Syrian President Bashar al-Assad is not going anywhere. He resisted the military threat posed by a decade-long war and even as the country faced its worst food and economic crisis in recent months, he managed to hang on to power.
Some in the West had hoped that economic pressure, exacerbated by sanctions, would force his own Alawite community to overthrow him, but discontent did not result in a second uprising.
However, life for Syrians in the regime-controlled territories has worsened considerably. Queues outside bakeries and gas stations have become the new normal as an electricity shortage has negatively impacted local businesses and exacerbated unemployment.
Ahmad and his brother take turns lining up outside a bakery in Damascus to buy subsidized bread.
“Today was my turn and, I’m not kidding, I stood in line for six hours, again,” Ahmad said. “Electricity, we have completely forgotten. Our uncle, who is a tailor, closed his store because he cannot operate with these three hours of operation, five hours without electricity.
The Syrian economy is in tatters. Syrians are grappling with hyperinflation, food shortages and unemployment with no end in sight.
Last year, as Lebanon went bankrupt, many Syrians who deposited their money in Lebanese banks also lost their savings. Their misery worsened as the price of bread rose, the United States imposed sectoral sanctions, and Russia curtailed wheat exports to maintain domestic supplies during the coronavirus pandemic.
Scorched Earth Tactics
Syrians like Ahmad attribute the lion’s share of the blame to President al-Assad’s ruthless bombardment of the country, including crucial infrastructure such as farm machinery and power plants and, as far as agriculture is concerned, his tactics of literally scorched earth in opposition areas. However, they also hold Russia and the United States responsible for the worsening crisis.
Russia supported the Syrian government in the military conflict while the United States condemned al-Assad. But the policies of both have added to the suffering of the peoples.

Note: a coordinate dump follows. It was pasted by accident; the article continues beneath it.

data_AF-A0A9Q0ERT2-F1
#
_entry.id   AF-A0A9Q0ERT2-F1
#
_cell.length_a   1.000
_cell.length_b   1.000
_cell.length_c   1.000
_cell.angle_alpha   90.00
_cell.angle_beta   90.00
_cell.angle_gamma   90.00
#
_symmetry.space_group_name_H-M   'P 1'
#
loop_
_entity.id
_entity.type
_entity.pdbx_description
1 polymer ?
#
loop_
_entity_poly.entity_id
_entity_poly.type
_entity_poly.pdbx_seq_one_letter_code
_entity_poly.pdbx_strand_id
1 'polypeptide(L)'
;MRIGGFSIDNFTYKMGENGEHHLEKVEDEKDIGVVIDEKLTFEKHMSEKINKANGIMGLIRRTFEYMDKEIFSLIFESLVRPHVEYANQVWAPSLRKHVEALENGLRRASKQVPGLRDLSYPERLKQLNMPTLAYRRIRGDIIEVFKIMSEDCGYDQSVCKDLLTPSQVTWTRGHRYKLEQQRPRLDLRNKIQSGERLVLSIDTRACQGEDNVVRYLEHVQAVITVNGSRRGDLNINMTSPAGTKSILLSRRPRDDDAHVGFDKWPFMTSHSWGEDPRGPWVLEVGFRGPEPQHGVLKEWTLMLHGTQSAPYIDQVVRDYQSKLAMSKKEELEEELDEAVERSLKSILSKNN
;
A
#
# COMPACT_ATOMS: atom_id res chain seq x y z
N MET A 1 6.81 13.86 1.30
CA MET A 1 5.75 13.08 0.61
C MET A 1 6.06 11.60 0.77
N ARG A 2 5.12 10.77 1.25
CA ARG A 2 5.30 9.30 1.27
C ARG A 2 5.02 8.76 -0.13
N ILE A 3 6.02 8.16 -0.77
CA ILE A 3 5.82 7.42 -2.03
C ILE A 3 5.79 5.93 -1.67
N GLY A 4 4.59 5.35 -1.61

Until 2008, Syria exported wheat to neighboring countries. Grain sufficiency was the cornerstone of Hafez al-Assad’s regime and was based on the premise that if the people were well fed, they would remain flexible. Syria produced four million tonnes (3.6 million tonnes) of wheat in a good year.
But a drought in 2008 and a decade-long civil war made Syria an importer of wheat. As production fell by half, the government turned to Russia, an ally and the world’s largest grain exporter. Russia has offered 100,000 tonnes of aid, but no more. The rest would have to be bought or exchanged for something back from Syria.
Bassam Barabandi, a former Syrian diplomat who currently lives in the United States in exile, said the Syrian government has run out of money and is instead offering the country’s resources to Russia.
“Russia opened a line of credit to the regime to buy grain with a sovereign guarantee and in return gave access to oil [reserves] and phosphate mines, ”Barabandi said.
According to the Syria Report, a regular study of the country’s economy, Syria needs to import 1.1 million tonnes (one million tonnes) of wheat per year to meet its needs, and most of them came from Russia. But in 2020, Russia cut back on supplies. It is not yet known how much it exported, but Syria’s overall wheat imports have reportedly halved.
This year, the rains have been sufficient and yet the government will still need to import more to feed its entire population. Russia could come forward, but so far it has not.
Another reason for the wheat shortage is that northeastern Syria, the breadbasket of the country that produced 60 percent of the total needs, is under the control of Washington’s Kurdish allies.